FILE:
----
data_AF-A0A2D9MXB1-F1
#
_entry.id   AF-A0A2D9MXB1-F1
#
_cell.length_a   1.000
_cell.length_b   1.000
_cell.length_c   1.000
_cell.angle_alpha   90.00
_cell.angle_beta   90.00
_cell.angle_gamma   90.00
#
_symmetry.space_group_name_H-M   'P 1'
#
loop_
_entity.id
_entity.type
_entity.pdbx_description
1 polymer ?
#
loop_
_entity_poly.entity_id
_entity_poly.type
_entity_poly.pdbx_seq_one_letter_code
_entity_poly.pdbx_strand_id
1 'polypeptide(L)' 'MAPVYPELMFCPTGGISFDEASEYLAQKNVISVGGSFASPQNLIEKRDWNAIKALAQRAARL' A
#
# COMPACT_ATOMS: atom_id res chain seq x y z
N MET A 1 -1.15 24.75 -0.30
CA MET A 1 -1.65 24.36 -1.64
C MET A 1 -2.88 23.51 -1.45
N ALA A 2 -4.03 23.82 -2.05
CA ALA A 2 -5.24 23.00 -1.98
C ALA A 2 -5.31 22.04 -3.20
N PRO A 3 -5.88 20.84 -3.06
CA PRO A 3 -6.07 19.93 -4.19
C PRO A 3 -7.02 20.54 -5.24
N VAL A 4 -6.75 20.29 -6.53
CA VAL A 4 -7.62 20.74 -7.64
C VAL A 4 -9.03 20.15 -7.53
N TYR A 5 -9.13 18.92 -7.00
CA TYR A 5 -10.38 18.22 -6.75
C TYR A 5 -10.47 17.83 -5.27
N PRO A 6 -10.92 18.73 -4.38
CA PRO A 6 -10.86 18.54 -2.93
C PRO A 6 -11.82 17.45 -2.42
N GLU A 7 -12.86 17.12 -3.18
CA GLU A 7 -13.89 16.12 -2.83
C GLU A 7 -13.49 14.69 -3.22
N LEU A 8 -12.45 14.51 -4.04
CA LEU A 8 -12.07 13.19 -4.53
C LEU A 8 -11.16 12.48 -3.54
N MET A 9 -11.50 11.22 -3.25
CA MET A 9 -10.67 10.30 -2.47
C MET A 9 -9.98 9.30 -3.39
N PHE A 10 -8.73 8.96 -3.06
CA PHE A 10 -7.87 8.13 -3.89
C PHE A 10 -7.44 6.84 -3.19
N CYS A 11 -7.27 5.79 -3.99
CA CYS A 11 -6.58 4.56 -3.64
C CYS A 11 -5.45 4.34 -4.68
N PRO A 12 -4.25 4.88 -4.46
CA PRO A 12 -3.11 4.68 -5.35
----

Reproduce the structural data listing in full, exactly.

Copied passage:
data_AF-A0A2D9MXB1-F1
#
_entry.id   AF-A0A2D9MXB1-F1
#
_cell.length_a   1.000
_cell.length_b   1.000
_cell.length_c   1.000
_cell.angle_alpha   90.00
_cell.angle_beta   90.00
_cell.angle_gamma   90.00
#
_symmetry.space_group_name_H-M   'P 1'
#
loop_
_entity.id
_entity.type
_entity.pdbx_description
1 polymer ?
#
loop_
_entity_poly.entity_id
_entity_poly.type
_entity_poly.pdbx_seq_one_letter_code
_entity_poly.pdbx_strand_id
1 'polypeptide(L)' 'MAPVYPELMFCPTGGISFDEASEYLAQKNVISVGGSFASPQNLIEKRDWNAIKALAQRAARL' A
#
# COMPACT_ATOMS: atom_id res chain seq x y z
N MET A 1 -1.15 24.75 -0.30
CA MET A 1 -1.65 24.36 -1.64
C MET A 1 -2.88 23.51 -1.45
N ALA A 2 -4.03 23.82 -2.05
CA ALA A 2 -5.24 23.00 -1.98
C ALA A 2 -5.31 22.04 -3.20
N PRO A 3 -5.88 20.84 -3.06
CA PRO A 3 -6.07 19.93 -4.19
C PRO A 3 -7.02 20.54 -5.24
N VAL A 4 -6.75 20.29 -6.53
CA VAL A 4 -7.62 20.74 -7.64
C VAL A 4 -9.03 20.15 -7.53
N TYR A 5 -9.13 18.92 -7.00
CA TYR A 5 -10.38 18.22 -6.75
C TYR A 5 -10.47 17.83 -5.27
N PRO A 6 -10.92 18.73 -4.38
CA PRO A 6 -10.86 18.54 -2.93
C PRO A 6 -11.82 17.45 -2.42
N GLU A 7 -12.86 17.12 -3.18
CA GLU A 7 -13.89 16.12 -2.83
C GLU A 7 -13.49 14.69 -3.22
N LEU A 8 -12.45 14.51 -4.04
CA LEU A 8 -12.07 13.19 -4.53
C LEU A 8 -11.16 12.48 -3.54
N MET A 9 -11.50 11.22 -3.25
CA MET A 9 -10.67 10.30 -2.47
C MET A 9 -9.98 9.30 -3.39
N PHE A 10 -8.73 8.96 -3.06
CA PHE A 10 -7.87 8.13 -3.89
C PHE A 10 -7.44 6.84 -3.19
N CYS A 11 -7.27 5.79 -3.99
CA CYS A 11 -6.58 4.56 -3.64
C CYS A 11 -5.45 4.34 -4.68
N PRO A 12 -4.25 4.88 -4.46
CA PRO A 12 -3.11 4.68 -5.35